Proposals in this area include amendments to reflect changes made to the standardised approach for credit risk (SA-CR) by the Basel Committee in relation to determining the exposure value of off-balance sheet items and commitments on off-balance sheets. Other proposals include; aligning the classification of retail exposures under SA-CR with the classification under the Internal Ratings Based approach so as to ensure consistent application of risk weights to the same set of exposures; introducing more granularity in relation to the risks posed by different types of real estate transactions and loans; and amendments to implement the revised treatment for equity exposures under the final Basel III standards.

    Credit risk mitigation

    Proposals in this regard include clarifications on the eligibility criteria for guarantees and guarantees provided in the context of mutual guarantee schemes. These clarifications are intended to provide clarity on the eligibility of credit risk mitigation techniques of COVID 19 public guarantee schemes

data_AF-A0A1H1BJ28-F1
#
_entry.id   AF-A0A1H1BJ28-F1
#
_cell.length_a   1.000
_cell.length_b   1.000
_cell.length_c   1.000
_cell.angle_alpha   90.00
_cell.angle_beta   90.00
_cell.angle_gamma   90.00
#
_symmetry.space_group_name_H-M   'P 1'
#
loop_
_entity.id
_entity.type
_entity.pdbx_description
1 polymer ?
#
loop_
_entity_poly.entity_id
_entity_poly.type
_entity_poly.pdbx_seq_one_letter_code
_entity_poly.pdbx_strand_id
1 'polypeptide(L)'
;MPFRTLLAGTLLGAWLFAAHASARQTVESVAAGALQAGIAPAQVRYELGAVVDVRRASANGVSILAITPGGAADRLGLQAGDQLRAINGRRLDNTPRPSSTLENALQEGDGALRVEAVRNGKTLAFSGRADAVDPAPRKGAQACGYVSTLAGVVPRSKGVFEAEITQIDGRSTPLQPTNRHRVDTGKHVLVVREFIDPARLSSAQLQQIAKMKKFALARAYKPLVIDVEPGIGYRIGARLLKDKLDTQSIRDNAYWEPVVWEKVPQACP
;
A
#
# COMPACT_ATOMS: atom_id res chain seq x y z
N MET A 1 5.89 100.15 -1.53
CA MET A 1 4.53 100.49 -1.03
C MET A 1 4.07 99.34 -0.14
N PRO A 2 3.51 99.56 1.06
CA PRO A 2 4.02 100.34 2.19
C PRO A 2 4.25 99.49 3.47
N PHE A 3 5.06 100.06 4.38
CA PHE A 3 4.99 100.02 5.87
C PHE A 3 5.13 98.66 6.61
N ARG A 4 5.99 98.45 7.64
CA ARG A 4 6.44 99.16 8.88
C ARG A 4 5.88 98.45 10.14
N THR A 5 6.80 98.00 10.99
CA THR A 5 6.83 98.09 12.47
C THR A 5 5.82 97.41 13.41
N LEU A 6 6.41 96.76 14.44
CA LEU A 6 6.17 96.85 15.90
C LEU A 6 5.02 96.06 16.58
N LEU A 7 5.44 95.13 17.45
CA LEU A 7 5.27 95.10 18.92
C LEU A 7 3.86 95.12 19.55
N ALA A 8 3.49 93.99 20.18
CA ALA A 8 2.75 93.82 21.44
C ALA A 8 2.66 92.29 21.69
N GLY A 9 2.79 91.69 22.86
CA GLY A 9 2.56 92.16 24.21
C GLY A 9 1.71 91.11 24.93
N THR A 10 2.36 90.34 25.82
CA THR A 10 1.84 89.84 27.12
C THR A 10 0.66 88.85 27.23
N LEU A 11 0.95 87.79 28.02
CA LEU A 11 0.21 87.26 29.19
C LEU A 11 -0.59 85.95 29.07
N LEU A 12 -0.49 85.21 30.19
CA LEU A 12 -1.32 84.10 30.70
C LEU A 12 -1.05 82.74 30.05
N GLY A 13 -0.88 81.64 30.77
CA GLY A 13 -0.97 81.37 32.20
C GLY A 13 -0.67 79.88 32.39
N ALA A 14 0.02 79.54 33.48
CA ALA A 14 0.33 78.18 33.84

Proposals include an amendment to clarify the definition of a trading desk; revising the criteria used to assign positions to the trading book or the banking book; a derogation permitting institutions to assign to the banking book specific instruments that would otherwise be assigned to the trading book (subject to certain conditions and to approval from the NCA);a derogation to allow firms to create a dedicated trading desk where they can allocate exclusively non-trading book positions subject to foreign exchange risk and commodity risks; and introducing binding own funds requirements for market risk based on the FRTB approaches; introducing alternative qualitative requirements relating to validation, documentation and governance of the alternative standardised approach.

    Credit Valuation Adjustment